The Secretary to the State Government (SSG), Mr. Mohammed Baba, raised the alarm yesterday while addressing journalists after an emergency security council meeting in Bauchi.
“Following the overrunning of Geidam in Yobe State by the Boko Haram militants, there has been an influx of people into the state through four LGAs in the northern part of the Bauchi State. This influx of the displaced people has put the state under security threat; our facilities are now overstretched and we are not comfortable with the development,” he said.
He, however, said the government had taken steps to ensure that the threat did not turn into an attack, adding that “profiling of all the people coming into Bauchi State, particularly in the four affected LGAs, will be done in order to discover those with dangerous weapons and demonise them.”
The SSG assured the people that the state government would ensure that the joint operations of the security agencies would be intensified, particularly air surveillance around the affected LGAs.
He added that the people were not camped in a particular area but moving around the four LGAs and were harboured by residents of the communities, saying that security agencies would fish them out.
The government also said that five of the bandits who reportedly destroyed the MTN mast in Gamawa LGA in their bid to facilitate their nefarious activities had been arrested.
“Some bandits have been arrested for vandalising the MTN installation in Gamawa LGA with the intention of blocking communication in the area in preparation for an attack,” he stated.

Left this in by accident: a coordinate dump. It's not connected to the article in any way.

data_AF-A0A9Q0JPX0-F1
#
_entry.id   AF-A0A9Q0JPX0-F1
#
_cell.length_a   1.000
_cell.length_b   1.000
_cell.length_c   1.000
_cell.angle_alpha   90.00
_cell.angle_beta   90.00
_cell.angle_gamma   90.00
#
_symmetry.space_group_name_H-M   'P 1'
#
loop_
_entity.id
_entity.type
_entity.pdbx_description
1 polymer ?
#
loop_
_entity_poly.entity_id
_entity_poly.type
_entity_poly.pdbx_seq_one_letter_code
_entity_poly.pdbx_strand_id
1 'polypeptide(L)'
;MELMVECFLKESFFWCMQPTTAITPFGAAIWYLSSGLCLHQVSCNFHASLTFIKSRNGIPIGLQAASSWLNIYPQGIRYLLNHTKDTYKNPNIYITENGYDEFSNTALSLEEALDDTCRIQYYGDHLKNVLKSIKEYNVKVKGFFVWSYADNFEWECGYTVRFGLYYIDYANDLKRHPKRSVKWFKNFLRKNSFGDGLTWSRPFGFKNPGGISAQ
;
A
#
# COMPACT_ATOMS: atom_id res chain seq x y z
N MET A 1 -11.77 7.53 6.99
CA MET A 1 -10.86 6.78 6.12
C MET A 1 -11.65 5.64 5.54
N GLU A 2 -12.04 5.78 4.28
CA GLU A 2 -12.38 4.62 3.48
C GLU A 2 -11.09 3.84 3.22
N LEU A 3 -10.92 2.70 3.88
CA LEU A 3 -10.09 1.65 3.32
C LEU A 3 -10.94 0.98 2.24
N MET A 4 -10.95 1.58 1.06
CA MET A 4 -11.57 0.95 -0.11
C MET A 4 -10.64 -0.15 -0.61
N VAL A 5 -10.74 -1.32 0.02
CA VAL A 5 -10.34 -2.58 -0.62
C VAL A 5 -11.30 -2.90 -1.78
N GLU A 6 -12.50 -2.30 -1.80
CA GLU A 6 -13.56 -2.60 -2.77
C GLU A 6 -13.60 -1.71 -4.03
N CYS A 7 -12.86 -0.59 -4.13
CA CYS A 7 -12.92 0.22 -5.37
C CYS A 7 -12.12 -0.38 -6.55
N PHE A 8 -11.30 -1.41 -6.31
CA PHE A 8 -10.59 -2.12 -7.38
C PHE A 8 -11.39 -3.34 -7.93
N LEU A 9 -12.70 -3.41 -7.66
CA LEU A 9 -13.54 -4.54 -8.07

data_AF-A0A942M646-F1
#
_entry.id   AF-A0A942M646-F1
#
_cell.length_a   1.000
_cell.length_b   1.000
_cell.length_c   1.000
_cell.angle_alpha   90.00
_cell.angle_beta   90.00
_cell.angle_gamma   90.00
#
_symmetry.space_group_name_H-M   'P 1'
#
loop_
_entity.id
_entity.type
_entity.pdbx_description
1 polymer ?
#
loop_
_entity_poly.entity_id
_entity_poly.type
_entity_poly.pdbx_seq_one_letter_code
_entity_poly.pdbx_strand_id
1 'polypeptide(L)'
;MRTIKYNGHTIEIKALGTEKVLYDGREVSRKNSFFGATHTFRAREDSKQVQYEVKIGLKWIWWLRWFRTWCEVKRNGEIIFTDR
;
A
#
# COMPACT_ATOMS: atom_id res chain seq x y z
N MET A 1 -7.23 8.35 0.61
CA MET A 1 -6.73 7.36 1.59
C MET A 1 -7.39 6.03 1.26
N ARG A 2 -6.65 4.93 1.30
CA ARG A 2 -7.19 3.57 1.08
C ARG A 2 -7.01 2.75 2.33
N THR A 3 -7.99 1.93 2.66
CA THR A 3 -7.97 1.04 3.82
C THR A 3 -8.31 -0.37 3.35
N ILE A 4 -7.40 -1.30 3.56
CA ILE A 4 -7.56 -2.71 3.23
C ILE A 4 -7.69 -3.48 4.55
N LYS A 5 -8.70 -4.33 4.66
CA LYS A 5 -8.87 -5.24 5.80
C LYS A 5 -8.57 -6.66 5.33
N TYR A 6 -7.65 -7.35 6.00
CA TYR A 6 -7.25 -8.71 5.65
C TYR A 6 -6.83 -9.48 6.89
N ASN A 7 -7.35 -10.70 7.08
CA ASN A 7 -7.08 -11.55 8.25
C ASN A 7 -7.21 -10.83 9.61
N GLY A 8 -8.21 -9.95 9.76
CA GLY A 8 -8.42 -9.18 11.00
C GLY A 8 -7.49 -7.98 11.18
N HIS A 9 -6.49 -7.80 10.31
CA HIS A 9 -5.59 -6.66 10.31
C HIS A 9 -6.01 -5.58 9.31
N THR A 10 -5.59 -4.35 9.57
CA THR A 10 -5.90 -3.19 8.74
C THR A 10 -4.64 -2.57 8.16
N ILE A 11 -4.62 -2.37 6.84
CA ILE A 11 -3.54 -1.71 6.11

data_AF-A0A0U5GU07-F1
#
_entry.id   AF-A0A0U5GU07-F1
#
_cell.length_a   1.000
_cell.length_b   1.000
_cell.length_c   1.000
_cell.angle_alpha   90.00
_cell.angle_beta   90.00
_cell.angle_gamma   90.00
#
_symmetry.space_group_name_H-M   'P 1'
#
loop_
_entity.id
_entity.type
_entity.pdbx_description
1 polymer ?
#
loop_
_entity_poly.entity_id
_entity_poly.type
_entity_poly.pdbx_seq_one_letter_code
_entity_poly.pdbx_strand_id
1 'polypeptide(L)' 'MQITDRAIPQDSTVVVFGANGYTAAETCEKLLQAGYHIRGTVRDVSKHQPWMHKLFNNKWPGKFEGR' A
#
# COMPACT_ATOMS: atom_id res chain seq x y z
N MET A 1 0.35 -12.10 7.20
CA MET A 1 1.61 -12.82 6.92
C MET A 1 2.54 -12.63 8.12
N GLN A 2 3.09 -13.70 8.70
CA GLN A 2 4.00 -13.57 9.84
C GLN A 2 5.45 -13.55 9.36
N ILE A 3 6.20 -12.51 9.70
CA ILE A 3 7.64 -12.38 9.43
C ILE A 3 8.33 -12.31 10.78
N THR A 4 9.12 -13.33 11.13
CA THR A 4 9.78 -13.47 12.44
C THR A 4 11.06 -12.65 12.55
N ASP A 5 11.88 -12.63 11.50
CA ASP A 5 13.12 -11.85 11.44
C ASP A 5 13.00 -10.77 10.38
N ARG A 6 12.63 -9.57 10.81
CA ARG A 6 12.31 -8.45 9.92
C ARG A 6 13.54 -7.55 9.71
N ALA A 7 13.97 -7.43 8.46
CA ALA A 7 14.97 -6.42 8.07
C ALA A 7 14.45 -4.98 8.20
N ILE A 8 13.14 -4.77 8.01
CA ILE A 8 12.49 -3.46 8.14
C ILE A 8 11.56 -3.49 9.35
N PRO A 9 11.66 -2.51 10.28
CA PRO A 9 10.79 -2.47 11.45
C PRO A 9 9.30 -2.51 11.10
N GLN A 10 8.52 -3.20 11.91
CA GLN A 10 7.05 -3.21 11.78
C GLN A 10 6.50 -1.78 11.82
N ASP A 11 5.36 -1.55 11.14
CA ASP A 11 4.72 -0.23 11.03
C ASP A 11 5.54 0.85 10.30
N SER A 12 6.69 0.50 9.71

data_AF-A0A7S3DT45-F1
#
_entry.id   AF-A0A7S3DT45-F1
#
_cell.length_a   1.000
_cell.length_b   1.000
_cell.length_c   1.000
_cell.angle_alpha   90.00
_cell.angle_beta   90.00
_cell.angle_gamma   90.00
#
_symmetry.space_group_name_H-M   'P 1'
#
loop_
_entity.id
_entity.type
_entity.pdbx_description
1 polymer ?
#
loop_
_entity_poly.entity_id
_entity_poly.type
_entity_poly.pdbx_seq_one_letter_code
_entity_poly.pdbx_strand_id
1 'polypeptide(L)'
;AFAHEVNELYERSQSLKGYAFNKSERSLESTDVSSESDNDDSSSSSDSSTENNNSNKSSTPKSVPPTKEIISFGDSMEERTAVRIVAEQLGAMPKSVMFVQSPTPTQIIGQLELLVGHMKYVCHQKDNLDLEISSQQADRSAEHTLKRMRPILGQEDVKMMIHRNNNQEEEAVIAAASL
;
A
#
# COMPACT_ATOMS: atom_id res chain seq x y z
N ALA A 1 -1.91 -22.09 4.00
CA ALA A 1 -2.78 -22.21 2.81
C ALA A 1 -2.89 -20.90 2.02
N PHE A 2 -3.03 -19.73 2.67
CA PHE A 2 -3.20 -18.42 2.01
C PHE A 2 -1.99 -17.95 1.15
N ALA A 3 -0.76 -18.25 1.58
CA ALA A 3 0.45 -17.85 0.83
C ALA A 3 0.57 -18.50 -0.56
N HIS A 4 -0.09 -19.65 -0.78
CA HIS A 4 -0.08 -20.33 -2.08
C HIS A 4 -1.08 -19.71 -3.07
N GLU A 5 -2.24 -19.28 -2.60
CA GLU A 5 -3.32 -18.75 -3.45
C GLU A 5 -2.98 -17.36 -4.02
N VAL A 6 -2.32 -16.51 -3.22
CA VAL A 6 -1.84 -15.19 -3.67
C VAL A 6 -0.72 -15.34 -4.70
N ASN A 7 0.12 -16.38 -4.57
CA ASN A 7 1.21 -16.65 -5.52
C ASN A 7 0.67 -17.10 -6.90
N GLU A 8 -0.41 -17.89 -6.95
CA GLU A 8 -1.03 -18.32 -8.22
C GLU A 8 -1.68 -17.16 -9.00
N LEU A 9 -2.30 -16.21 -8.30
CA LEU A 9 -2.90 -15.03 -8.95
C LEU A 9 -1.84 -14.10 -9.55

National Security Council Reconvenes Today
The National Security Council (NSC) headed by President Muhammadu Buhari will reconvene today in Abuja to proffer lasting solutions to the security challenges facing the country.
The council, which had met last Friday, could not conclude deliberations on the security position of the nation and had to adjourn till today to come with a holistic position on the security crisis.
THISDAY learnt that the meeting will hold at the Conference Hall of the First Lady by 10 am with Buhari presiding as usual.
Those expected to attend the meeting include Vice President Yemi Osinbajo; the Secretary to the Government of the Federation (SGF), Mr. Boss Mustapha; the Chief of Staff to the President, Prof. Ibrahim Gambari and the National Security Adviser (NSA), Major-General Babagana Monguno (rtd).
Others are: Chief of Defence Staff (CDS), General Lucky Irabor; Chief of Army Staff, Lieutenant-General Ibrahim Attahiru; Chief of Naval Staff, Vice Admiral Awwal Zubairu; Chief of Air Staff; Chief of Air Staff, Air Marshal Ishiaka Oladayo Amoo and the Acting Inspector-General of Police (IGP), Usman Alkali Baba.